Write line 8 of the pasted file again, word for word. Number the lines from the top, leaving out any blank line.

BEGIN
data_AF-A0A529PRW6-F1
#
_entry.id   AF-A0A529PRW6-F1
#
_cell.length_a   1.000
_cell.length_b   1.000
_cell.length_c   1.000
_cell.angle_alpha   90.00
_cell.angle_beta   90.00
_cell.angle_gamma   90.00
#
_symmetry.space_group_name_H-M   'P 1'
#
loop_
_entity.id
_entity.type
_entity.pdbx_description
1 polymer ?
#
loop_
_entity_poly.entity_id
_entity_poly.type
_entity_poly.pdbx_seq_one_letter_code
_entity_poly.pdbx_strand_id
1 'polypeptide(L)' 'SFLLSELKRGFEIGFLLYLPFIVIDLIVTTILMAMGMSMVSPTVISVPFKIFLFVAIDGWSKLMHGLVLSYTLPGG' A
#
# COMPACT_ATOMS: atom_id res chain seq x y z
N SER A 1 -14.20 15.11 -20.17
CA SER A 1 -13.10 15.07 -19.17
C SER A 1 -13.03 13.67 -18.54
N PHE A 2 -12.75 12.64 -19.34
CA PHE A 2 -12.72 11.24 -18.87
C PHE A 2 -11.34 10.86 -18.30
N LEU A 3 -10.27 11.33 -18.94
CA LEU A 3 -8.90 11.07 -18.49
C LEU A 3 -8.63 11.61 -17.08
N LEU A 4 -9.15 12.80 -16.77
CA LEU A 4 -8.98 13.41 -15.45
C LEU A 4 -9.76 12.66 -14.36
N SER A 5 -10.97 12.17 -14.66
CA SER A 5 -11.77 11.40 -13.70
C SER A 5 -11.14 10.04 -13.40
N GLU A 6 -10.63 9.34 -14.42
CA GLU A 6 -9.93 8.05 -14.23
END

_cell.angle_alpha   90.00